Hillary Clinton’s recent efforts to distance herself from President Obama’s foreign policy may be generating a lot of attention, but nothing she is now saying about foreign policy will matter in the future.
If history has taught us anything, especially when it comes to foreign policy, it’s that Clinton doesn’t have positions — she has positioning.
When she wanted to appear tough on national security in the wake of the Sept. 11 attacks, Clinton happily voted in favor of authorizing President George W. Bush to launch a war against Iraq. But once opinion of the war turned sour – especially within the Democratic Party – Clinton positioned herself as a long-time critic of the war. And she would have gotten away with it, if it weren’t for a young Illinois senator.
In an interview with the Atlantic’s Jeffrey Goldberg published Sunday, Clinton drew headlines for criticizing the Obama administration’s decision to sit out of the Syrian civil war when it was in its early stages — and she happened to be secretary of state.
“The failure to help build up a credible fighting force of the people who were the originators of the protests against [Bashar] Assad — there were Islamists, there were secularists, there was everything in the middle — the failure to do that left a big vacuum, which the jihadists have now filled,” Clinton said.
In addition, she offered a staunch defense of Israel and Prime Minister Benjamin Netanyahu — this even though as secretary of state, Clinton was a fierce critic of Netanyahu — even to the point of having her department boast that she berated the Israeli leader on a phone call. (For a more detailed account of Clinton’s attempts to rewrite her record on Israel, check out Noah Pollak in the Weekly Standard.)
Over at The Week, Matt Lewis argues that Clinton’s decision to strike a more hawkish tone is an act of “political brilliance” that would allow her to appeal to Americans who have a sense of the nation’s waning influence in the world. This, he argues, could be equally effective whether Republicans nominate a non-interventionist such as Sen. Rand Paul, R-Ky., or somebody such as Sen. Marco Rubio, R-Fla., who has advocated a stronger projection of American power abroad.
Meanwhile, anti-interventionist conservative Michael Brendan Dougherty, also writing for The Week, argues that Clinton “is gunning for a third George W. Bush term.”
At a time when Obama’s approval rating on foreign policy issues is tanking, Clinton wants to create some distance between herself and his views given that she served as his chief diplomat when key decisions were being made. But this shouldn't be confused with any firm ideology. Her positions during any presidential campaign are going to largely depend on what the political conditions are at that time. Should she generate a serious challenge from the left, she’ll probably tone down her hawkish and interventionist rhetoric.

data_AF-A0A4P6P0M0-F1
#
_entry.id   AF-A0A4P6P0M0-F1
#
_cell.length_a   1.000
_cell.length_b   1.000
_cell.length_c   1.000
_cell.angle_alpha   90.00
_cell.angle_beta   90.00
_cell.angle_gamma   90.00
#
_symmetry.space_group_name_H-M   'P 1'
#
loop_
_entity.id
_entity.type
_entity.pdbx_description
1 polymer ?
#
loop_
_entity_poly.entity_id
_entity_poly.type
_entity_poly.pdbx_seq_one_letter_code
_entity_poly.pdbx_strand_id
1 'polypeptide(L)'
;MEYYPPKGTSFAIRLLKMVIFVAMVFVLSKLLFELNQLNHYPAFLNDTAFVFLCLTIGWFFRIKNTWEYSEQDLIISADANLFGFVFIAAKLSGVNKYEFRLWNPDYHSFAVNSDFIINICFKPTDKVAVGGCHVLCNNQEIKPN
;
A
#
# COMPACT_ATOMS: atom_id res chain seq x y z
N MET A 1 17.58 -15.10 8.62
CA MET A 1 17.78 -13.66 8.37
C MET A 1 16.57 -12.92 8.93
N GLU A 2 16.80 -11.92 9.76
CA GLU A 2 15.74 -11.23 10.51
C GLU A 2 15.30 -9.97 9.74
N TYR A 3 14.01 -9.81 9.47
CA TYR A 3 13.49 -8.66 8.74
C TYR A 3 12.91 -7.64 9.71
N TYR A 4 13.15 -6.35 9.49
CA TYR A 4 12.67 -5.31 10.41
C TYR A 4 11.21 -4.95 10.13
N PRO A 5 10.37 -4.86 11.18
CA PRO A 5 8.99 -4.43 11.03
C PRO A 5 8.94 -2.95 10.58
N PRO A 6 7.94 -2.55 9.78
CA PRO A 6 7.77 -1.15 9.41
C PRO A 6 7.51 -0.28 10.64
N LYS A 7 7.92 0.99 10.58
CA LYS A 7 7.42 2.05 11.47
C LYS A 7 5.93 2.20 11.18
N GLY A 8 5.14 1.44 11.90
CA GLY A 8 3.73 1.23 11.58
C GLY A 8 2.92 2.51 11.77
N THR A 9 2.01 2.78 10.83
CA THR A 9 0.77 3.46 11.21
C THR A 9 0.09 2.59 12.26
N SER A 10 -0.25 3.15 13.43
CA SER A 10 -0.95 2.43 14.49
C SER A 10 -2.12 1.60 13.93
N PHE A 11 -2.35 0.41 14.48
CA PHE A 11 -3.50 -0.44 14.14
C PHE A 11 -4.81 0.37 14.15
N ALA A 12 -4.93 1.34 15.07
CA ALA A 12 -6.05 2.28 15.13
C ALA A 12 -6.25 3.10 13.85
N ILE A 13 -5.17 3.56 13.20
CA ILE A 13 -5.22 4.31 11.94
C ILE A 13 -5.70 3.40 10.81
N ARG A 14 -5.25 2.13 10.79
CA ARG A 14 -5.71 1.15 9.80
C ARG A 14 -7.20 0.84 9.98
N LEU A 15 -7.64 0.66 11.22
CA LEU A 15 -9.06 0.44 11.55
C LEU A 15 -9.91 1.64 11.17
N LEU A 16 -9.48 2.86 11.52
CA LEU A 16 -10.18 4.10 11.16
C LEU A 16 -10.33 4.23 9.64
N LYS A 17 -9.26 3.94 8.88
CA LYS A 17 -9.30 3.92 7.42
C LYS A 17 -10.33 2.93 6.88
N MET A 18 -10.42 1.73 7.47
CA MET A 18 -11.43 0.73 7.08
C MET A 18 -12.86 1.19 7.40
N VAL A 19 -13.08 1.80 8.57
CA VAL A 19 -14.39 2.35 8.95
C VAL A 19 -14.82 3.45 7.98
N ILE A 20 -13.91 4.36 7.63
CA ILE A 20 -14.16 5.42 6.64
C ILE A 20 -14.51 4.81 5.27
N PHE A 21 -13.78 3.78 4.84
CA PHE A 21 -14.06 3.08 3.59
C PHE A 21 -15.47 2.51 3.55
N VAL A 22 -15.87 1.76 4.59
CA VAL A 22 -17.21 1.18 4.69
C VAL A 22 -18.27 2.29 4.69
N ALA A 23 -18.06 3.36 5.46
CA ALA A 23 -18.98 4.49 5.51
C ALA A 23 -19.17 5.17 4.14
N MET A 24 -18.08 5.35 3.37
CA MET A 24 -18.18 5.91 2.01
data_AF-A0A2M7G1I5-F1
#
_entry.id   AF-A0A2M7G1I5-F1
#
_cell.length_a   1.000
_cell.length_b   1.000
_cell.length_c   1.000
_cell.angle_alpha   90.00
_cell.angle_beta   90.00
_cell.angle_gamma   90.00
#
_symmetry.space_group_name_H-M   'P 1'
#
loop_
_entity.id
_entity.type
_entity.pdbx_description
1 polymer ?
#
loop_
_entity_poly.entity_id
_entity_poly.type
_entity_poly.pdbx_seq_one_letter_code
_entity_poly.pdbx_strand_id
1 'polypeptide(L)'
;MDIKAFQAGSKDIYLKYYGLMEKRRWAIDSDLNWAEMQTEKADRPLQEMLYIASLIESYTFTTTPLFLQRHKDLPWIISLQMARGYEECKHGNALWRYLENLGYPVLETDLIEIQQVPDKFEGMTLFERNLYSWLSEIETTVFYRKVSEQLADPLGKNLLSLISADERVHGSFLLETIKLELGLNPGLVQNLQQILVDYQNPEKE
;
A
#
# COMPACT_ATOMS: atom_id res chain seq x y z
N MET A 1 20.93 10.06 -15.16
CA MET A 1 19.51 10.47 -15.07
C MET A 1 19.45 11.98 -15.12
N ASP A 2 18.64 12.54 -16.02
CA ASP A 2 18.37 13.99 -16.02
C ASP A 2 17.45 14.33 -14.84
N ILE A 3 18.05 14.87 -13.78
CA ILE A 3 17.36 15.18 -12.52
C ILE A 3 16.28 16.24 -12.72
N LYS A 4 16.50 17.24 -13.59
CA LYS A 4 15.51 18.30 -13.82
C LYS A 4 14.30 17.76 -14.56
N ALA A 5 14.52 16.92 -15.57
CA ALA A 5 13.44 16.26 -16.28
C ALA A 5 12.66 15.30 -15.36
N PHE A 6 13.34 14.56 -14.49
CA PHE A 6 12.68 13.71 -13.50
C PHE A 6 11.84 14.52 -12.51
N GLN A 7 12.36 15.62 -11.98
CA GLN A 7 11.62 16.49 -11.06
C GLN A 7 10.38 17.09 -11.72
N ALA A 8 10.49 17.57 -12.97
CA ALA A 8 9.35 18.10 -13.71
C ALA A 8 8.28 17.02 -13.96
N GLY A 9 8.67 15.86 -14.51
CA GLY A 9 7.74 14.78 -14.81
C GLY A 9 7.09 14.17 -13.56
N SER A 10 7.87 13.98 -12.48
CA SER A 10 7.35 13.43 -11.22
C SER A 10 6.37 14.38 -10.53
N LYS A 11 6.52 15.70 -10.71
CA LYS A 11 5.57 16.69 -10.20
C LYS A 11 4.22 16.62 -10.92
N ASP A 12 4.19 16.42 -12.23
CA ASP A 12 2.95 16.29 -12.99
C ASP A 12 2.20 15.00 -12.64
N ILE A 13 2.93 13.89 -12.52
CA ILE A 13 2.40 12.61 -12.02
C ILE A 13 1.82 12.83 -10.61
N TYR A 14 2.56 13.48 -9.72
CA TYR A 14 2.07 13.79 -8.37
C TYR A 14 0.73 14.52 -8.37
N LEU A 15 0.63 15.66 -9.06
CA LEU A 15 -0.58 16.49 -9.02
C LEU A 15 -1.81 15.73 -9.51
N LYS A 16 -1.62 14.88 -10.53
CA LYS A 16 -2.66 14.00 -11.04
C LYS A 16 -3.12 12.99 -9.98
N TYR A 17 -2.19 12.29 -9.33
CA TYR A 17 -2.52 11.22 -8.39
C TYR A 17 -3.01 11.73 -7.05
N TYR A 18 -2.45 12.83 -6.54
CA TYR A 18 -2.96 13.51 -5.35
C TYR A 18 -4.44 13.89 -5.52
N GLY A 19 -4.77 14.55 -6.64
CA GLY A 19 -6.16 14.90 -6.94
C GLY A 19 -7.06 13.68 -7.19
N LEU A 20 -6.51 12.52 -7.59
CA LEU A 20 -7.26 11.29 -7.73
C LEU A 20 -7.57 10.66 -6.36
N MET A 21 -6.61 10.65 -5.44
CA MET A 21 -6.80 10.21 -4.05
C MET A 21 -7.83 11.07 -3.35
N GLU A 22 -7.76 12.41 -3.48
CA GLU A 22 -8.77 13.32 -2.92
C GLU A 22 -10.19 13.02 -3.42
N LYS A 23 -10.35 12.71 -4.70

Clinton’s ultimate strategy is to use the fact that she led the State Department under Obama to win over those who sided with Obama over her in the 2008 primary, while bolstering the facade of herself as an experienced, savvy, foreign policy leader.
But as far as her positions during the general election, they’ll largely be determined by the public perceptions of Obama’s foreign policy. On any area in which his policy is clearly seen as a failure, she’ll suggest she has differences. In areas in which the public approves of Obama’s actions, she’ll say she was on board with him.
This was already apparent in her book, Hard Choices, in which she distanced herself from a number of Obama policies, but was sure to point out that she was all about the raid that killed Osama bin Laden.
Were Clinton to become president, what she says now will have even less importance. She can say all the pro-Israel stuff she wants, for instance, but as president, she could turn on a dime and pressure Israel into making dangerous concessions, and claim that she’s simply providing “tough love.” Sure, some journalists and commentators will accuse her of flip-flopping, but nothing she says will in any way be binding.
So, forgive me if I’m not hyperventilating with each Clinton foreign policy pronouncement.